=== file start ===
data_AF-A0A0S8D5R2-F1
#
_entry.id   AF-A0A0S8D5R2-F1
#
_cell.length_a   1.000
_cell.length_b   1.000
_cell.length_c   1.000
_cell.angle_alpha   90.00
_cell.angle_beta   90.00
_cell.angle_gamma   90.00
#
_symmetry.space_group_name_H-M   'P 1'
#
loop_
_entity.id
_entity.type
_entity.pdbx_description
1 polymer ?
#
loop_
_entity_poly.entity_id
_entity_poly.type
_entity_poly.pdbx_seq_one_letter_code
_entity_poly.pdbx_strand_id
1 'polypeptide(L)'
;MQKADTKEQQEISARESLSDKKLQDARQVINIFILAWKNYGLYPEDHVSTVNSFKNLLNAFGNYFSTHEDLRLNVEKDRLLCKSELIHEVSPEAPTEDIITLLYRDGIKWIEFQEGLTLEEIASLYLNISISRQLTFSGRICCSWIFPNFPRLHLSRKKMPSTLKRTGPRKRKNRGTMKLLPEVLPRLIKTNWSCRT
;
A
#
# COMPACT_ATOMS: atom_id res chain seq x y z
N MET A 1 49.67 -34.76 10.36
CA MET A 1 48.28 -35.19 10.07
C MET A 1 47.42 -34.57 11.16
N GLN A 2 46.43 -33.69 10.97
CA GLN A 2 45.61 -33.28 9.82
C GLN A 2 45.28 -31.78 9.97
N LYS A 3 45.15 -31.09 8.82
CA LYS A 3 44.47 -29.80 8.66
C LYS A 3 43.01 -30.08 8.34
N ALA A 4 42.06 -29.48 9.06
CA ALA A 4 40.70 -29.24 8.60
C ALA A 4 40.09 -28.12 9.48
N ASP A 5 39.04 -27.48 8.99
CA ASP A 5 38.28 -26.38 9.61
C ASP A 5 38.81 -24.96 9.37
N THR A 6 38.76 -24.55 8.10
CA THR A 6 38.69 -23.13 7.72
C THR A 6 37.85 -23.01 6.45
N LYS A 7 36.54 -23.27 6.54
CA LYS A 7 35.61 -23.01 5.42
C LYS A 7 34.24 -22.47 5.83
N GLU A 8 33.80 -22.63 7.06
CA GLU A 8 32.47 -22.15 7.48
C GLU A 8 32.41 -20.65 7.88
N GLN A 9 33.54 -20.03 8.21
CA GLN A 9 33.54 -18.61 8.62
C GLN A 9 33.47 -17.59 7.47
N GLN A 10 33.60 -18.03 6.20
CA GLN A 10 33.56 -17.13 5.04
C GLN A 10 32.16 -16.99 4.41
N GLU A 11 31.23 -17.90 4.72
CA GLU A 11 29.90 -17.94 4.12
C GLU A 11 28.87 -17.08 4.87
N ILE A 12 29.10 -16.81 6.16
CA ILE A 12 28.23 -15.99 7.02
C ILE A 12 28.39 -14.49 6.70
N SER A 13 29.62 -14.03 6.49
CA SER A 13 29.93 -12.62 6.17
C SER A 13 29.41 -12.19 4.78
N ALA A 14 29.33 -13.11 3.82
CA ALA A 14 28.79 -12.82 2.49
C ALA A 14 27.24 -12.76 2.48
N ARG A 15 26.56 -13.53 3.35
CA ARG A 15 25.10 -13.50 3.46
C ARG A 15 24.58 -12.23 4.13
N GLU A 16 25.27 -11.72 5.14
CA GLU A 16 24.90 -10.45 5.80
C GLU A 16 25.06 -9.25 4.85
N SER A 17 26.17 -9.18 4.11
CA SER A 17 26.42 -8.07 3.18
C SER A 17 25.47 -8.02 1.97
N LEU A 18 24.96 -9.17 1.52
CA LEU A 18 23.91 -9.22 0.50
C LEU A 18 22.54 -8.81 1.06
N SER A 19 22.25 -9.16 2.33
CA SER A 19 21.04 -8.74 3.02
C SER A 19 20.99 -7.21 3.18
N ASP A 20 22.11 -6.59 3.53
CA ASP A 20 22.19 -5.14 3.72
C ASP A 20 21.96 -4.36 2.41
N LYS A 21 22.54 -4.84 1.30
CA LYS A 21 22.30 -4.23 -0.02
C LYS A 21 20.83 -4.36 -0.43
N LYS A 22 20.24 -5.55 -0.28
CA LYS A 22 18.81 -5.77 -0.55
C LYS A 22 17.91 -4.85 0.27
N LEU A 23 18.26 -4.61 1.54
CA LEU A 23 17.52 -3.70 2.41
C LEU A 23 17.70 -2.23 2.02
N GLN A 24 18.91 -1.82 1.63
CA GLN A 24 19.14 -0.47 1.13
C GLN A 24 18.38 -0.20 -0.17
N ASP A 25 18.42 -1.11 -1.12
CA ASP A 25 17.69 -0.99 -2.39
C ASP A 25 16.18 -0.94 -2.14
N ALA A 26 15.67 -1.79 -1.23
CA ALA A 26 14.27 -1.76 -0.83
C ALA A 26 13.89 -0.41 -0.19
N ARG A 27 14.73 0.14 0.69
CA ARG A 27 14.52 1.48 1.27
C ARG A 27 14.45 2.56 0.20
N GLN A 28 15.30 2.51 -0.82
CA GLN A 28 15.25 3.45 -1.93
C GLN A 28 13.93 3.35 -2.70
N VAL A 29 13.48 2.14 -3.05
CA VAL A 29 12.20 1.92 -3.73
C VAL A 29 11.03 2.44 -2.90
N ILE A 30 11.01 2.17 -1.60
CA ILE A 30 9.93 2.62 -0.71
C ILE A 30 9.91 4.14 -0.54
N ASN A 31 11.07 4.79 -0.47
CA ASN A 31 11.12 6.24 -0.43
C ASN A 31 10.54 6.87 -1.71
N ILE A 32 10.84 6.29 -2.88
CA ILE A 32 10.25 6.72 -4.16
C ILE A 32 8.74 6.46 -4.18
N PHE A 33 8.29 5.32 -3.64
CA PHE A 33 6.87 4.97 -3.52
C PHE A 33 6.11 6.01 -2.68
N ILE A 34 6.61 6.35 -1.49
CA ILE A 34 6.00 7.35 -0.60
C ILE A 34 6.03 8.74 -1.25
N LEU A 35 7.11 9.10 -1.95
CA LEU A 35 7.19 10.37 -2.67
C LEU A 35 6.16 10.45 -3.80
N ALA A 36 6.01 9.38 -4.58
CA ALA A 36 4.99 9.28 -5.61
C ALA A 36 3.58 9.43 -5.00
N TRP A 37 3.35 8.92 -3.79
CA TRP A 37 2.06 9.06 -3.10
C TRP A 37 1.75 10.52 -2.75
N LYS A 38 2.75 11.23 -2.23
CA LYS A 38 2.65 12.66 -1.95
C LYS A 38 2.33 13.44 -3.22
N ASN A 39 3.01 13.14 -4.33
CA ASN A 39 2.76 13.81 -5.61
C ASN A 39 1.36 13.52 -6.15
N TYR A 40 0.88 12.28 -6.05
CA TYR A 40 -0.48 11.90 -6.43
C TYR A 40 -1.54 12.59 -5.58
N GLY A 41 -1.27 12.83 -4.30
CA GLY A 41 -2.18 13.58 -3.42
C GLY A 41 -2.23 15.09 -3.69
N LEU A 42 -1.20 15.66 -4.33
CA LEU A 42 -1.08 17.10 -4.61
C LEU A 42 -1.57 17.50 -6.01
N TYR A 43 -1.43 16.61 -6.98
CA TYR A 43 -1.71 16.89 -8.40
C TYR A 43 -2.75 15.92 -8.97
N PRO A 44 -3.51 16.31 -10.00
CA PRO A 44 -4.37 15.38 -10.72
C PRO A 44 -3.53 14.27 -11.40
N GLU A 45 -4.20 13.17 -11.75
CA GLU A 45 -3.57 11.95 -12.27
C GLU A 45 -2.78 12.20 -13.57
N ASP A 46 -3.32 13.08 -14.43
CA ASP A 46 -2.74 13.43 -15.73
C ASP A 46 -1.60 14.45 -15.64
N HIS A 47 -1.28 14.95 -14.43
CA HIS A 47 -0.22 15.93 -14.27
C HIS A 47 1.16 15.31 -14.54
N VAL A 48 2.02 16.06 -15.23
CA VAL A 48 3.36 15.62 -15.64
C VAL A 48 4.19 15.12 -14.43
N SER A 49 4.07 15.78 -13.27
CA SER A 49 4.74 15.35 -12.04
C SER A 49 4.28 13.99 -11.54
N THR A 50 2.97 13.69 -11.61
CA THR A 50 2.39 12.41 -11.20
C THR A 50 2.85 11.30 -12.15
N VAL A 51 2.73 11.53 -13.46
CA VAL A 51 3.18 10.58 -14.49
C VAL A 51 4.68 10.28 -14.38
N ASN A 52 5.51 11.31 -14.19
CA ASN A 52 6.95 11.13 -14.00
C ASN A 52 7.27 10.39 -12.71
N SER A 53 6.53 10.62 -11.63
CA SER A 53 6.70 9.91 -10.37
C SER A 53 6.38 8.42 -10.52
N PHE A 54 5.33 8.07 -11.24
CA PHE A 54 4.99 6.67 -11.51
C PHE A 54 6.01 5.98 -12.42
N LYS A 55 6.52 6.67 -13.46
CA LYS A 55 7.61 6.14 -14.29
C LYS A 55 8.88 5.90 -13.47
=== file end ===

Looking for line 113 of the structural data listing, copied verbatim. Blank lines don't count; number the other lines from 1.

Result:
CA GLN A 28 15.25 3.45 -1.93